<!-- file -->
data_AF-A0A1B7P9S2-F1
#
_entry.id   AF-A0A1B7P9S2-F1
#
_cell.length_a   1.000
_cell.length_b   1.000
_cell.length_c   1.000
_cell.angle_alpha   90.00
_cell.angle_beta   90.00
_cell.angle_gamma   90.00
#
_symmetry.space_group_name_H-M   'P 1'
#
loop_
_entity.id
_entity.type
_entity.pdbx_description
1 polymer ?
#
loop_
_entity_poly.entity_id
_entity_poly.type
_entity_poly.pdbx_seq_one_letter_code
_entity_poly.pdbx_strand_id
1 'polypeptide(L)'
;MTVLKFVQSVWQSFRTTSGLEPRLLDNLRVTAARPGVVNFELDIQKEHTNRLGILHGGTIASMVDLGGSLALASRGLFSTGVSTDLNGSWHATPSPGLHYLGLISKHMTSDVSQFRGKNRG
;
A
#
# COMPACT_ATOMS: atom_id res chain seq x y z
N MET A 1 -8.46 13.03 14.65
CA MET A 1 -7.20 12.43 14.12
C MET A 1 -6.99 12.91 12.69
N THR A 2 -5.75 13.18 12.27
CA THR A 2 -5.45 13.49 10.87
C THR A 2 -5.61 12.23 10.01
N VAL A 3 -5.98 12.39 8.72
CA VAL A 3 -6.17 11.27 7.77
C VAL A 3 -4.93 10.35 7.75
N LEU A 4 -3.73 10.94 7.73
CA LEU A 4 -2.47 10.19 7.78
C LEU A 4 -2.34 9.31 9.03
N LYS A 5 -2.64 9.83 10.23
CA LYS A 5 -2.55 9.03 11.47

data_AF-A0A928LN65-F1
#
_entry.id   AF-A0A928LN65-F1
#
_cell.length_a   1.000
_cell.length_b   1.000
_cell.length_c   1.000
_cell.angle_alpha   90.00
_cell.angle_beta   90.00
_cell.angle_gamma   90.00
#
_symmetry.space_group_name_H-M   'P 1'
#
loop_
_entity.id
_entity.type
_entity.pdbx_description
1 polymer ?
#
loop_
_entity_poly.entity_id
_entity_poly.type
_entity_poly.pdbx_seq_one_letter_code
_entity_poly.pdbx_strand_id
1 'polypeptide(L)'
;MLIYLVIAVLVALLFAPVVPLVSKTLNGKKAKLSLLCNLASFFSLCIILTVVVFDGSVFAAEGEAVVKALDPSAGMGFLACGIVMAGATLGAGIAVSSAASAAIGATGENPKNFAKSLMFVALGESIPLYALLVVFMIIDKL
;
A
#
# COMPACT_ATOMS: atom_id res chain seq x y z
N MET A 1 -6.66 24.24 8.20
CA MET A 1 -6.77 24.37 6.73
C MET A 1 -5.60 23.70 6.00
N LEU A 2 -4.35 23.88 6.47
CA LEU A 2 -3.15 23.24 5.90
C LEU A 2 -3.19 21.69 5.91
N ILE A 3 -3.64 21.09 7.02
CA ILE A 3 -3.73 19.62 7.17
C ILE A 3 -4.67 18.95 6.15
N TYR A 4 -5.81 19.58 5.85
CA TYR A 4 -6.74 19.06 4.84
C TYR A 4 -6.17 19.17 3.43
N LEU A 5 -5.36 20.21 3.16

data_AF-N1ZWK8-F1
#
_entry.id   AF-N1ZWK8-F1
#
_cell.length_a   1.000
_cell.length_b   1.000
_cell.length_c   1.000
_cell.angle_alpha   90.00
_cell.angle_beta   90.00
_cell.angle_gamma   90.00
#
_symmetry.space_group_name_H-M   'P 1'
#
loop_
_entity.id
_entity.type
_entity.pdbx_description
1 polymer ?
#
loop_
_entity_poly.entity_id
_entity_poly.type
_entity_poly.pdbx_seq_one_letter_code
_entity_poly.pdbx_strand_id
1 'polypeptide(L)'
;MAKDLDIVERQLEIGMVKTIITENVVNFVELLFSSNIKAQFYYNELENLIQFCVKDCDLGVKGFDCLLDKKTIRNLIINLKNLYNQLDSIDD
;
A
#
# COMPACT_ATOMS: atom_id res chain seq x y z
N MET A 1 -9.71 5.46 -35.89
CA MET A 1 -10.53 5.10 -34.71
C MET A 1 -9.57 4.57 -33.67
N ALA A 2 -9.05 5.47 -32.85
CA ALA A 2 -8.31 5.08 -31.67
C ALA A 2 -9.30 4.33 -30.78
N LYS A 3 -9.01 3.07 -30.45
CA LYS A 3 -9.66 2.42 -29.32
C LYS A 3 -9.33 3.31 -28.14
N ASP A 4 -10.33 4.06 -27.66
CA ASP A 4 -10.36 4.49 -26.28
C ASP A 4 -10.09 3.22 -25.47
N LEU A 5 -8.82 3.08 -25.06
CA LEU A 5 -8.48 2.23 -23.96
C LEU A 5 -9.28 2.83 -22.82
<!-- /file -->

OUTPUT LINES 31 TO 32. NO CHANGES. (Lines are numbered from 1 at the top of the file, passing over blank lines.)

N MET A 1 -8.46 13.03 14.65
CA MET A 1 -7.20 12.43 14.12